There has been mounting frustration and disappointment among election officials and community leaders at the poor turnout of OFW voters in this election. So much so, that top Department of Foreign Affairs officials are mulling the idea of scrapping overseas absentee voting altogether if things don’t improve in the next presidential election in 2010.
This would be a big mistake and possibly an illegal one. Legally speaking, I don’t think the DFA or any other branch of the executive could single-handedly abolish the OAV. It would have to be an act of Congress, endorsed by the president, to be able to kill OAV since it was Congress that passed the original law allowing overseas Filipinos to participate in national elections in the first place.
In Saudi Arabia, where there are 127,945 registered voters (out of a total population of around 1 million Filipinos), only around 11,000 have voted so far. That is a measly 10 percent of an already small pool of 10 percent of the total number of Filipinos here in the Kingdom.
Many observers have noted that since this election is only for senators and party-list groups, OFWs have shown little interest in it. That may be true, but there has also been a distinct lack of any type of get-out the vote campaign by the Comelec here, either through ads in newspapers or on television. To make matters worse, voters’ lists have not been updated, so that many highly mobile OFWs find themselves this year not on the voters’ list in the city they work in because they moved since the last election in 2004.
Obviously, the Comelec cannot have extra-sensory powers to divine who has moved and to which area. Registered voters themselves should have updated their registrations last year when Philippine diplomatic missions were updating their voters’ lists and accepting new registrants. But there again, there was no public awareness campaign by Comelec to remind OFWs to update their registrations if they had moved.
So, I find it hard to believe that the Comelec has already spent P20 million on OAV since it was approved by Congress. Where has this money been spent? On ballots? For the salaries of the officials manning the polls abroad? A full accounting of how this money was spent would be greatly appreciated by all OFWs.
It is the right of all adult Filipinos to take part in elections, whether they live in the Philippines or work abroad. Given that roughly 10 million Filipinos live abroad, allowing them to vote in national elections is but natural. Since the Philippines is a democracy based on freedom, no one can really force OFWs to vote. But neither can the right to vote be taken away from them just because a few government officials are disappointed with this year’s poor turnout.
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Massive Cheating? Perhaps
DESPITE the slew of surveys showing the opposition winning a majority of the 12 Senate seats up for grabs on Monday, the Arroyo administration keeps insisting that its candidates are going to win the majority of the slots.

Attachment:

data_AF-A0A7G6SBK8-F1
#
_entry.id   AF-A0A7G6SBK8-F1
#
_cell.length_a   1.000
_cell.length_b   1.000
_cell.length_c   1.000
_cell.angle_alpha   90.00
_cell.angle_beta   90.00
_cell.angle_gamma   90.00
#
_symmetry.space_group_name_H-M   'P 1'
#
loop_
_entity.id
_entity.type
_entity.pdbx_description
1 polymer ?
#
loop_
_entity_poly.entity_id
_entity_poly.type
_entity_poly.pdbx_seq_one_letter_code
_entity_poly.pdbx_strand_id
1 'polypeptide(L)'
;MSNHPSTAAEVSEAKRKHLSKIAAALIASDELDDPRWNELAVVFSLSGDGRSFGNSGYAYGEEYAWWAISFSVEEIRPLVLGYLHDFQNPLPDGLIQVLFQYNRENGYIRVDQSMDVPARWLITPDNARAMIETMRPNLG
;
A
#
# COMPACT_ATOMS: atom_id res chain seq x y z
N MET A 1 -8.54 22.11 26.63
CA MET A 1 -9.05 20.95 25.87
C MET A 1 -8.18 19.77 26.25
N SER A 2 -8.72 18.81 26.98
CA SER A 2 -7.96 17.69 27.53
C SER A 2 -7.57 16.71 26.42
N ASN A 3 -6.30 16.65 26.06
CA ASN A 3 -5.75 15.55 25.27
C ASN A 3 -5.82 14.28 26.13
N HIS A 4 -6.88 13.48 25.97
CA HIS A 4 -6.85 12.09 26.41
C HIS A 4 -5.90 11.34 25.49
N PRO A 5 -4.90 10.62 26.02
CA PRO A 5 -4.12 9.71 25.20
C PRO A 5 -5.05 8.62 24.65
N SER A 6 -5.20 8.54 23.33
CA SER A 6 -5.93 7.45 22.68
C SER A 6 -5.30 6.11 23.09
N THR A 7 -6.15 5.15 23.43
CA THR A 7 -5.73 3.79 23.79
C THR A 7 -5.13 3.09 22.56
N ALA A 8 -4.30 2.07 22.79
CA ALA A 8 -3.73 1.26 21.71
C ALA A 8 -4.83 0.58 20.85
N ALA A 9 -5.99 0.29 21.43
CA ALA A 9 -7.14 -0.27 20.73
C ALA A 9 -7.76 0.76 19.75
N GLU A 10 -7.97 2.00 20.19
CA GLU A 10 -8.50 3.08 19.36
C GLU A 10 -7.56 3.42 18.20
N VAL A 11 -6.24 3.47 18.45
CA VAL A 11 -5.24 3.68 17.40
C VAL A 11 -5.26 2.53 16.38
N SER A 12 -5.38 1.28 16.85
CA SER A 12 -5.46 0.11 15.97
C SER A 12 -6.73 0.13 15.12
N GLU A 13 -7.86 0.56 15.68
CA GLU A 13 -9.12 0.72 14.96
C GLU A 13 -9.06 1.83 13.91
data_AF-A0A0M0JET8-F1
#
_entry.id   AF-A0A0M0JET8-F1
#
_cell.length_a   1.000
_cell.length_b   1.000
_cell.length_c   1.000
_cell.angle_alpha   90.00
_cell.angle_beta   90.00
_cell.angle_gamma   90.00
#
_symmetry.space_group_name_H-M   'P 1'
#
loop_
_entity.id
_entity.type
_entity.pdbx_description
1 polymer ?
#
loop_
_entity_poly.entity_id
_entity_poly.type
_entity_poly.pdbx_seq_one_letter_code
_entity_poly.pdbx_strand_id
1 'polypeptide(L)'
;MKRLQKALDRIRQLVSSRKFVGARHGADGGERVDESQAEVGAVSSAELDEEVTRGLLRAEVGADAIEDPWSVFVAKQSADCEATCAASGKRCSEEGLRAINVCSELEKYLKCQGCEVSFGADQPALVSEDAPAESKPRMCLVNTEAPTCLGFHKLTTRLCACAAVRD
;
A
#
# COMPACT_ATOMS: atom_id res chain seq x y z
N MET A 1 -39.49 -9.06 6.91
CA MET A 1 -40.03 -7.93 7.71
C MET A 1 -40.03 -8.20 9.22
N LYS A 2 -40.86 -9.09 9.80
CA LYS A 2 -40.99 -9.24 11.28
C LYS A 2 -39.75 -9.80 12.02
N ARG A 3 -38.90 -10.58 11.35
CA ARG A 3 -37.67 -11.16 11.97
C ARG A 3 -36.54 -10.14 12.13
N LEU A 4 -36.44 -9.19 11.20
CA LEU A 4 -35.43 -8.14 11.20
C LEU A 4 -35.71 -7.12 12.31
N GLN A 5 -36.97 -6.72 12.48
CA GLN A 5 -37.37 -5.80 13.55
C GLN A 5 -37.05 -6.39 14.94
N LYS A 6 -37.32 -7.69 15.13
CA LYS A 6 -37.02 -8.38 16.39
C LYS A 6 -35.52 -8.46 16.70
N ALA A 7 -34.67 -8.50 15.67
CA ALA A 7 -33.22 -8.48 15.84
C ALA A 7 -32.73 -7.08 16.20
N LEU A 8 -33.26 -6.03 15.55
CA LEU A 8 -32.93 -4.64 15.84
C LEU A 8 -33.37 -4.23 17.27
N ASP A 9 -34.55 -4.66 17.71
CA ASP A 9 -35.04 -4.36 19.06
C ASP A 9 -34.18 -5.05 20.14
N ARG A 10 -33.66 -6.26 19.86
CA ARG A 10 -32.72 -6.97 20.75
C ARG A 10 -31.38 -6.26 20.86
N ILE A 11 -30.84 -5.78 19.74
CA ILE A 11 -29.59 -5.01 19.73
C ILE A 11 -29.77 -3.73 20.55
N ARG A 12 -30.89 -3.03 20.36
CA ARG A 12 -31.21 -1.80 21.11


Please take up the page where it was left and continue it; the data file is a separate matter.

This insistence on a result that no survey supports makes one wonder: Just how is Team Unity going to achieve this? Through massive cheating is the only possible answer.
With a majority of administration candidates running unopposed on the provincial and local level, the Arroyo administration has a massive political machinery in place that is going to be only too willing to help them cheat in order to win the majority of the Senate seats.
Already the administration is backing out of controversial stands that could have left it open to charges of rigging the elections through fraud and intimidation.
Military troops have been pulled back from slum areas in Manila, after militant groups protested that there presence there on election day would intimidate voters into voting for Team Unity bets.
Former ARMM governor Nur Misuari has been freed from house arrest in order to campaign in Sulu where he is running for governor; detained anti-Arroyo coup plotter Navy Lt. Antonio Trillanes IV has been given access to the media, and opposition senatorial candidate Allan Peter Cayetano has been deemed a natural-born Filipino by the Comelec after doubts were raised by a pro-administration politician.
The government should have backtracked on all of these issues months ago, but obviously someone is giving them good governance advice and the Arroyo administration is listening to it.
If a majority of Team Unity candidates win Senate seats in a major upset prepare yourselves for a serious showdown with the opposition and the voting public. Such a result would not only be surprising but also illegal. Thwarting the public’s will so openly and brazenly would be a big mistake and would put into question the solidity of democracy in the Philippines.
If the results are always going to be so massively rigged to begin with, why even bother to hold elections to begin with? The pretence of a democratic exercise will be exposed for what it is: A sham that serves only to keep a dictatorial Arroyo and her political cronies in power.
The Philippines deserves better.